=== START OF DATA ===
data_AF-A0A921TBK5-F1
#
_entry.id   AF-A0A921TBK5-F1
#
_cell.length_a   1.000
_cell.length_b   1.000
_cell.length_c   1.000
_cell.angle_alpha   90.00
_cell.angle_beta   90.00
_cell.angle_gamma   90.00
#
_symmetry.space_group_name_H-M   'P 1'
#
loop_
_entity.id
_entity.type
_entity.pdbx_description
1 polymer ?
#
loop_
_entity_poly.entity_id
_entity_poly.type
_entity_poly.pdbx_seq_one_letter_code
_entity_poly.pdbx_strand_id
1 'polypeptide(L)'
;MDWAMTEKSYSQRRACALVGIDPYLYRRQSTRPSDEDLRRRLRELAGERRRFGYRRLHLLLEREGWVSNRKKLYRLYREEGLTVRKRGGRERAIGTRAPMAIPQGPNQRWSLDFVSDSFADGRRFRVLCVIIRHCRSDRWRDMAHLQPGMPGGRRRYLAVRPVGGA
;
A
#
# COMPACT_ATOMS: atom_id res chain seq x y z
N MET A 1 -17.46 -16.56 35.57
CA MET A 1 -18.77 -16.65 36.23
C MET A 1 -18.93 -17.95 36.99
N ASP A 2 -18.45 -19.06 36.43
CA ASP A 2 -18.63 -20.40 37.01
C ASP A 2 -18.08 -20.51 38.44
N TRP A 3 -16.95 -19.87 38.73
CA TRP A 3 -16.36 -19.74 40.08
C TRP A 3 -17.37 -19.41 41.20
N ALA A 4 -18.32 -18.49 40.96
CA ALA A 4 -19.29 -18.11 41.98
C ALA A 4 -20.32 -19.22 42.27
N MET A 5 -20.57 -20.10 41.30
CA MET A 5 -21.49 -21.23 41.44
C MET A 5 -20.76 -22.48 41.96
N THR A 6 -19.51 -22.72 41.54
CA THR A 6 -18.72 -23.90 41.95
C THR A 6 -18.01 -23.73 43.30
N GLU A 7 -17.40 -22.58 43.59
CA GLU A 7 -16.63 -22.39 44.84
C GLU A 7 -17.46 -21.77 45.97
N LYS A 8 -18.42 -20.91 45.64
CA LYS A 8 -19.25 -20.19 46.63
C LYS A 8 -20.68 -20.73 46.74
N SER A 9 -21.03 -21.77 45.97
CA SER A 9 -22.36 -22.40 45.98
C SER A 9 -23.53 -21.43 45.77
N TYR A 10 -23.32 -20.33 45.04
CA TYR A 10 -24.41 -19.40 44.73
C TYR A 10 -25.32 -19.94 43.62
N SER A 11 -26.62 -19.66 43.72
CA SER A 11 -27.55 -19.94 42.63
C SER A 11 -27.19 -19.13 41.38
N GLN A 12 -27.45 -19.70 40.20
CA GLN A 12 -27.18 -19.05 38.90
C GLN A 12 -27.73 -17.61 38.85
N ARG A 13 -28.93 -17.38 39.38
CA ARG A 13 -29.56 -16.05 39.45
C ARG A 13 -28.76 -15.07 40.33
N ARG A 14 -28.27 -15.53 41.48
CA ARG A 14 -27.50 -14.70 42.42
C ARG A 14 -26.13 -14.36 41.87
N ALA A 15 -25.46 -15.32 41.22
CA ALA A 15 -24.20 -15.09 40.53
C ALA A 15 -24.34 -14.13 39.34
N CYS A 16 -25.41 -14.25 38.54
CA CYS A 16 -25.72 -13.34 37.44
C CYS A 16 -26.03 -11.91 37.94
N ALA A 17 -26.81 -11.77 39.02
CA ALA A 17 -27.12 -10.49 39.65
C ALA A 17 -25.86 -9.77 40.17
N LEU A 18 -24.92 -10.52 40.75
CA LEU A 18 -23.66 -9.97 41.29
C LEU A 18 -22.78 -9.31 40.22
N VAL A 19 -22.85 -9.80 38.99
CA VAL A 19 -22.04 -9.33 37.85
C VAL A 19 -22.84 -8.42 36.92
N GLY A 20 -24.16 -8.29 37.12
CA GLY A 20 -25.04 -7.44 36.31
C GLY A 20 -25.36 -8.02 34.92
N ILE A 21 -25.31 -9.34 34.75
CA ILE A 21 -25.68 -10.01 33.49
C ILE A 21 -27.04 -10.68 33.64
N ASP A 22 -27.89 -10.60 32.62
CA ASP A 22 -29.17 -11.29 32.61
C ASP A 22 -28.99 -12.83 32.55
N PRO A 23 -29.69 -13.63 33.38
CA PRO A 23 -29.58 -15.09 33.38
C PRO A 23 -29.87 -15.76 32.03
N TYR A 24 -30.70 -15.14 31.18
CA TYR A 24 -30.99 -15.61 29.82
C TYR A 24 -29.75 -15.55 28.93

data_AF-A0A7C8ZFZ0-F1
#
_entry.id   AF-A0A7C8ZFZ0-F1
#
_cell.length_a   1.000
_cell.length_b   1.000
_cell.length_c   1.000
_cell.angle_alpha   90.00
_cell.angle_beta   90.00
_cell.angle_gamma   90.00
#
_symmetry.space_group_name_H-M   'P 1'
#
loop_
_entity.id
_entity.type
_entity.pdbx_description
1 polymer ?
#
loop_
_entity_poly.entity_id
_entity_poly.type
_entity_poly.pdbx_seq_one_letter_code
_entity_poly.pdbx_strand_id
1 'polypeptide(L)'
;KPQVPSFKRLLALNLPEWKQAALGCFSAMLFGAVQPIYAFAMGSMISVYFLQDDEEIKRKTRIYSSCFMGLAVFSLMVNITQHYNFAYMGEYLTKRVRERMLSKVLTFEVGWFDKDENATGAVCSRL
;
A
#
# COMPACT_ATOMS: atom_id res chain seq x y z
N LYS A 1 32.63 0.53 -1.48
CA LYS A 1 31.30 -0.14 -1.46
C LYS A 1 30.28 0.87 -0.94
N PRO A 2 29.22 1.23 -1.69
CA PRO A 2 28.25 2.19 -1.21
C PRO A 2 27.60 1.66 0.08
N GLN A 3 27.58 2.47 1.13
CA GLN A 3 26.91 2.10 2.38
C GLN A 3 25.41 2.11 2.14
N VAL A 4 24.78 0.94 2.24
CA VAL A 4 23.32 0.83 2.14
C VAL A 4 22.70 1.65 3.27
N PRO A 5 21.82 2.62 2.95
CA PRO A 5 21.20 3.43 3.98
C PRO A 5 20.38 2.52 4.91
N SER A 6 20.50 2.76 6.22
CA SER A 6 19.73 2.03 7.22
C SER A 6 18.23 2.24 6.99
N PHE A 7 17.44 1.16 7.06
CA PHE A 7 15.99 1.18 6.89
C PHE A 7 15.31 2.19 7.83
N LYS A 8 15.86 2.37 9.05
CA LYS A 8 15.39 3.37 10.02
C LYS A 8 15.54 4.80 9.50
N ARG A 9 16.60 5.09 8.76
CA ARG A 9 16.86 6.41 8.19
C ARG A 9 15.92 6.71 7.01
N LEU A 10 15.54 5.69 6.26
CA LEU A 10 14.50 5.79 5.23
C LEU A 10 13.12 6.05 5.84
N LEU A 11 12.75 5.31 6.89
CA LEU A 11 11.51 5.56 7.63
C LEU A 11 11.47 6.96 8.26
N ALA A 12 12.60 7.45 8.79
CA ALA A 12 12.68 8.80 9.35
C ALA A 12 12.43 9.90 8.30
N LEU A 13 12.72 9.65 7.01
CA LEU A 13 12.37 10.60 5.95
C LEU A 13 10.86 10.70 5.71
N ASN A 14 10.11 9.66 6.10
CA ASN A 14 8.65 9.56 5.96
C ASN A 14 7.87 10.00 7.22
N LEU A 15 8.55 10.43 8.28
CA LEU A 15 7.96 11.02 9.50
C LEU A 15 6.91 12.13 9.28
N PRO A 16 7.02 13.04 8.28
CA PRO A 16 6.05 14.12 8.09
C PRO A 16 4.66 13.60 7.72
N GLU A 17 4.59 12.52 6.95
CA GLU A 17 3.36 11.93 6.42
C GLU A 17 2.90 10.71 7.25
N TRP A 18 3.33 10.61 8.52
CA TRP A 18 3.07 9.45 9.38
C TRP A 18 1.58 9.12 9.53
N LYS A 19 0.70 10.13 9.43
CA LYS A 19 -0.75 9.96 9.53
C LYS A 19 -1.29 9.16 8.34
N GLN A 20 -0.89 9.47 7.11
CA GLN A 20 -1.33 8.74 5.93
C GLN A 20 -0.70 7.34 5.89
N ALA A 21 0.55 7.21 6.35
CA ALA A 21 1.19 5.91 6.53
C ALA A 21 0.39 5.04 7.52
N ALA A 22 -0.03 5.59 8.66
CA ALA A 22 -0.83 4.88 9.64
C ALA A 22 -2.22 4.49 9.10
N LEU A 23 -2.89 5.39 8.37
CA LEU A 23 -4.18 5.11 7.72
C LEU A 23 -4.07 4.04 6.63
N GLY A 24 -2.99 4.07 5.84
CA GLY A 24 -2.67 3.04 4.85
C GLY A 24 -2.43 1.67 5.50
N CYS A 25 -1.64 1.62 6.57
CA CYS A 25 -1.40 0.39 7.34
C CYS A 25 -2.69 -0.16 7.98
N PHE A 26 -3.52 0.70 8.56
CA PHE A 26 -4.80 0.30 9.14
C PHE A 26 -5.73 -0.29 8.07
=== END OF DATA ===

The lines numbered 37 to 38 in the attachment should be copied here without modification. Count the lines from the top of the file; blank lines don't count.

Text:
N TRP A 3 -16.95 -19.87 38.73
CA TRP A 3 -16.36 -19.74 40.08